Driving over 9,000 kilometers (5,600 miles) through 11 countries, a Convoy of Hope Europe (COHEU) team member set out to rekindle older territories and blaze new trails in places yet unreached in previous years. Over the past 12 years of ministry, COHEU has established a presence in 56 countries, and is hoping to spend the next five years delving deeper into areas with the greatest need. Much of southeastern Europe has been wrought with wars, ethnic cleansing, and atrocities that have left the people disillusioned and religiously cold. Despite the challenges, people like the pastor of a little village in Macedonia continue to faithfully carry the message of Christ to a people who witnessed horrendous acts under the banner of the cross. The former Yugoslavian nations—Slovenia, Bosnia/Herzegovina, Croatia, Montenegro, Serbia, Kosovo, and Macedonia—never experienced the Protestant Reformation, and revival has yet to come to these people groups. Like a speck of light longing to burst forth in the darkness, the National Church continues to press on. COHEU is committed to partnering with them to see hope spread, to see communities transformed physically, socially, and spiritually. Please pray with our team as we launch new initiatives throughout this part of the world.
Living in a small, one-room apartment in Romania, Pastor Alexandru and his wife share a passion to see lives transformed and their community infused with a fresh hope. They have suffered great opposition, moving 6 times over the past few years when local religious leaders pressured the landlords “to evict the pastors”. Even so, the couple continues to press on sharing love with their neighbors and the hurting in their community. Convoy of Hope Europe is partnering with these wonderful people in the village of Horezu to bless the local teachers and civic leaders, initiate an after-school program for children, and provide firewood for the neediest residents. All this to support significant and sustainable change in their community, and strengthen the local church. Horezu is an internationally acclaimed cultural epicenter for potters and wood workers. Pastor Alexandru would like to create an apprenticeship with local skilled artisans who can train the next generation in woodworking and pottery. He said, “This will ensure future jobs for young people, preserve the rich cultural heritage, and strengthen the local economy—all while sharing God’s love that will lead to healthy families and true life!” We are excited to see what God has in store for this village! If your church or organization would be interested in being a part of this Adopt-A-Community project, please contact our COHEU team for more information.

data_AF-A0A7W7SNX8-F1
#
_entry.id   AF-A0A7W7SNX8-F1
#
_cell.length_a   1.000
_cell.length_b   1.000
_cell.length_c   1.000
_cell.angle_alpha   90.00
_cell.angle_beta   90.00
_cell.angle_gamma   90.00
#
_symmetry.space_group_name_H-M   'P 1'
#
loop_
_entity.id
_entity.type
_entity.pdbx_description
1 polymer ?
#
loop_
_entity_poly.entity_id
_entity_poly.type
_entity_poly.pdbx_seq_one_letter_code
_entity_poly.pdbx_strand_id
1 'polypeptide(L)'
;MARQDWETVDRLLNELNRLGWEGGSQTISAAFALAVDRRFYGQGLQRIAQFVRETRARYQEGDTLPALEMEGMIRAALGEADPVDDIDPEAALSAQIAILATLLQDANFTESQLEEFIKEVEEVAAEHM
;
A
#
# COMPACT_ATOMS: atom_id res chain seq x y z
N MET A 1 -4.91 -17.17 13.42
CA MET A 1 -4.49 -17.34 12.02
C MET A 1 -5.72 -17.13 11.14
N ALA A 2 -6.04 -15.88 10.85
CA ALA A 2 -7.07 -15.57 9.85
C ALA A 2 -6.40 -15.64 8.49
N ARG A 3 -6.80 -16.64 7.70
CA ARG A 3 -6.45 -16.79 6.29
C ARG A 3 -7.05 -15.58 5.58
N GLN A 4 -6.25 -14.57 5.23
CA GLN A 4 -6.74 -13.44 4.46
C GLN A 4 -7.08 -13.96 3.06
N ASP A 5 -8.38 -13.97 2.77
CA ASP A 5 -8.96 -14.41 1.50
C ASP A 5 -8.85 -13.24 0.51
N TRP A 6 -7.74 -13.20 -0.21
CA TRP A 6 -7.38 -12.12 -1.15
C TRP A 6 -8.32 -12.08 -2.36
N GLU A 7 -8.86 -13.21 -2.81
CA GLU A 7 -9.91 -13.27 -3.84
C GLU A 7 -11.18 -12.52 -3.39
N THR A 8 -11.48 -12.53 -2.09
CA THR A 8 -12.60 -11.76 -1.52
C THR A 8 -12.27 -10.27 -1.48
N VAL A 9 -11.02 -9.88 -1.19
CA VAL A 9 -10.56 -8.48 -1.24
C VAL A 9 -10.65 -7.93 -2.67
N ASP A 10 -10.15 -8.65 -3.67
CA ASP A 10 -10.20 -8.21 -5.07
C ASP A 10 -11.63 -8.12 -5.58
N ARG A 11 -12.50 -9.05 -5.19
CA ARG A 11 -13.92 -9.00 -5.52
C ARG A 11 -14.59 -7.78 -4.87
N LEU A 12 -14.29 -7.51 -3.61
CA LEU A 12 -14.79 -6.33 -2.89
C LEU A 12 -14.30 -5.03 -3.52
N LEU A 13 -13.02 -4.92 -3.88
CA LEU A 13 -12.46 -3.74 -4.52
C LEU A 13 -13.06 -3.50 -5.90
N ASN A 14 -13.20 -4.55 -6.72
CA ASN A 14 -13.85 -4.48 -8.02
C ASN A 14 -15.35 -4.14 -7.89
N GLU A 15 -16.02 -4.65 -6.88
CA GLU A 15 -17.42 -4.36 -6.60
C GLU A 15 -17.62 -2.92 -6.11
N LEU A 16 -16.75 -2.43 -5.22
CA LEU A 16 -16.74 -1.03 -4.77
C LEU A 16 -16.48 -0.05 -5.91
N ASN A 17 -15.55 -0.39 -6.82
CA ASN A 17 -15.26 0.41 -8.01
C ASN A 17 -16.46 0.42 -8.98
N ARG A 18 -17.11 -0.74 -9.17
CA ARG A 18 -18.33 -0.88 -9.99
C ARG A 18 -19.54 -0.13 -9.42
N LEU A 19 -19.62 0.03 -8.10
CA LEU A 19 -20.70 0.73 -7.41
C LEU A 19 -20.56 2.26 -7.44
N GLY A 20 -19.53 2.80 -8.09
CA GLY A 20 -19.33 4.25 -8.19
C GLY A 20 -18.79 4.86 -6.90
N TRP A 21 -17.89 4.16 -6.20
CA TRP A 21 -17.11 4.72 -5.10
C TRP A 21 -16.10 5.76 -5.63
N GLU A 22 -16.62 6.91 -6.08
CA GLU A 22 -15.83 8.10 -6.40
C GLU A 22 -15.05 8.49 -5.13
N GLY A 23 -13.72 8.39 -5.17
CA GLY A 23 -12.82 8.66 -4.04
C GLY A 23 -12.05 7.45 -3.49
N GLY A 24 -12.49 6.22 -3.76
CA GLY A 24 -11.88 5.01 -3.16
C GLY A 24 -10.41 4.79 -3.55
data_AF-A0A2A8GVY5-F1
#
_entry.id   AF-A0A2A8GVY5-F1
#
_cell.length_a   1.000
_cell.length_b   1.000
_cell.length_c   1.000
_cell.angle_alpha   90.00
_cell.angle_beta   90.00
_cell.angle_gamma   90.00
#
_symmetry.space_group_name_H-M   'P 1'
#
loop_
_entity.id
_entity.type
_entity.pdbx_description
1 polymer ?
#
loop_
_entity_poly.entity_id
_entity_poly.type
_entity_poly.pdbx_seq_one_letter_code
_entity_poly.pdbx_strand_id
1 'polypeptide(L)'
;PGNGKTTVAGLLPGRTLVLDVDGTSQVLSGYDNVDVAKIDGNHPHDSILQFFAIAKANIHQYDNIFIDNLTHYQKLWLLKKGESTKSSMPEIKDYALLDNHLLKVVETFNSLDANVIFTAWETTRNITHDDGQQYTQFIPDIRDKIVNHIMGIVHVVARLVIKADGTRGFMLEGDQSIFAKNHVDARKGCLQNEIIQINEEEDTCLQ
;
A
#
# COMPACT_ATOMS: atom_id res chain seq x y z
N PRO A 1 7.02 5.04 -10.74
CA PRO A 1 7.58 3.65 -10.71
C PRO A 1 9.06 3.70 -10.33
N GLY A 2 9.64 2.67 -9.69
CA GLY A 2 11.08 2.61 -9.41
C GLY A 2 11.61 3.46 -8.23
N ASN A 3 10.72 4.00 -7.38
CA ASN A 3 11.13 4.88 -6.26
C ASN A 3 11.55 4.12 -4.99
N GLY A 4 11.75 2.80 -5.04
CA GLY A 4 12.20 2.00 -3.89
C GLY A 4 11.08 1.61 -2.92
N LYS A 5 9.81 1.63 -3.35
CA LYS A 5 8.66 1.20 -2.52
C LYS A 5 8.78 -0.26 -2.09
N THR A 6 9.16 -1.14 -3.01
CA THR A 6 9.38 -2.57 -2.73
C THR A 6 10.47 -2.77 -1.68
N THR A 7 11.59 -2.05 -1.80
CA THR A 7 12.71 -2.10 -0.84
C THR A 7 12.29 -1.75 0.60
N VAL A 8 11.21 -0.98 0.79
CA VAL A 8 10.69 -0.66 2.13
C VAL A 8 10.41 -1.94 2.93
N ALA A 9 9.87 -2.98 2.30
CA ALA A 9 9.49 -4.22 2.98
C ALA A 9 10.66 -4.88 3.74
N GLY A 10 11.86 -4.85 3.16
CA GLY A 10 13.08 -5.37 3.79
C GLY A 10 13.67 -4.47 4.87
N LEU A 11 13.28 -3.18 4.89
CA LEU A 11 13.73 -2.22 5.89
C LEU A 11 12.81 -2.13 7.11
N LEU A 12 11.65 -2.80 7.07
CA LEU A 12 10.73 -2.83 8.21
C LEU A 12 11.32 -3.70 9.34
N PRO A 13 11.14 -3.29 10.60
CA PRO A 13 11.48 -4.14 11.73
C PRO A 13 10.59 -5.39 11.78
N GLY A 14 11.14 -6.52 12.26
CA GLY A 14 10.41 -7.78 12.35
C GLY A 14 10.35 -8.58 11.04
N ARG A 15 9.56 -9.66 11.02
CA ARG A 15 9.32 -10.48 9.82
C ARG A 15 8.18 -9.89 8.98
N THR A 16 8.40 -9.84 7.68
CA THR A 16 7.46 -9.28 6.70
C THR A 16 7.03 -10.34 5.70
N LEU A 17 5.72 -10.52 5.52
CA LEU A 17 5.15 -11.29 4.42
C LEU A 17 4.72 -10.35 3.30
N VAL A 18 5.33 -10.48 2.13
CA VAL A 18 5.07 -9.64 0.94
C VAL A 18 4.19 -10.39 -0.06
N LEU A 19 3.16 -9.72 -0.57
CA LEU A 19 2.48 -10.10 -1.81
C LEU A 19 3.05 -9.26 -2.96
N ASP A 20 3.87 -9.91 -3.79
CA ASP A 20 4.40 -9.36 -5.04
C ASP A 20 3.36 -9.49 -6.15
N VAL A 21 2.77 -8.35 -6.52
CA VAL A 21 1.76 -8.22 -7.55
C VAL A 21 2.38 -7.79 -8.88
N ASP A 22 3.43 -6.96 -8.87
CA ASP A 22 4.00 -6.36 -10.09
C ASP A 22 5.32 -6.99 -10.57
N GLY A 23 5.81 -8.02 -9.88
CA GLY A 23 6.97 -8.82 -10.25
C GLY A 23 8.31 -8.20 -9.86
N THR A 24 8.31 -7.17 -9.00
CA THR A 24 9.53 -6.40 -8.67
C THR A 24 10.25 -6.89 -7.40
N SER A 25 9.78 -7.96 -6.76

Convoy of Hope Europe’s feeding programs in Jordan continue in the cities Irbid and East Amman for the third year. Over 600,000 Syrians are currently living in refugee camps in Jordan, unable to work or leave the camp. The Jordanian government does not want refugees to work in fear they will take jobs from Jordanians. If the refugees leave the camp, they will be ineligible for any official aid. Tensions can run high, as many have been stuck in this desperate situation for years. Crime is common, and many families are faced with the difficult decision of keeping their family in an unsafe environment, or leaving the camp to find alternate housing in the city and losing their access to food. Convoy of Hope Europe is working with partners in Jordan to help 1,300 refugees who made the decision to leave. One of these families is led by a woman named Haya. Her home in Syria was hit with a bomb and demolished, so Haya and her mother and siblings fled to Jordan. While the refugee camp in Irbid provided some food and assistance, there were problems with some of the men in the camp that made Haya fear for the safety of her sisters. They left the camp and are now renting a small room in Irbid. Struggling with depression and shock from the war and losing their home, unable to work, unable to stay in the refugee camp that was supposed to represent safety for her family, Haya withdrew from the world and rarely left the apartment or spoke with anyone. She did not know how to provide for her family until the food parcels started arriving from COHEU. Now, Haya has a new hope that her family will survive this difficult time, and her once-absent smile is now incredibly bright!
Michael was a professor of mathematics at a university in Ethiopia until he was thrown in prison for two months due to his involvement in a political protest in Addis Ababa. Prisoners were only allowed to go to the toilet once per day, and the guards put laxatives in their food to cause intestinal problems and torture them. Michael soon stopped eating the prison food entirely, and only ate what his family members could sneak in when they visited. When he was released, Michael knew he would never be allowed to work in Ethiopia again, so he left his country and headed north. Since he speaks English fluently, he hoped to reach England. Even considering the conditions he left, he was shocked by the rough living in the camp in Calais. After a failed attempt to get through the Channel Tunnel which left him limping heavily, he met some COHEU representatives based in the camp. The couple brought Michael to their home in Calais and that night prayed together for his leg, which felt immediately better. Back in the camp, he was assaulted and wounded by someone using a tent pole as a weapon. The couple brought him back to their home and cared for him for a few weeks. They spoke together about how the teachings of Jesus compel them to show love and care for those in need. Michael decided to become a follower of Jesus too. Eventually Michael made it to England, and still keeps in regular contact with our team in Calais.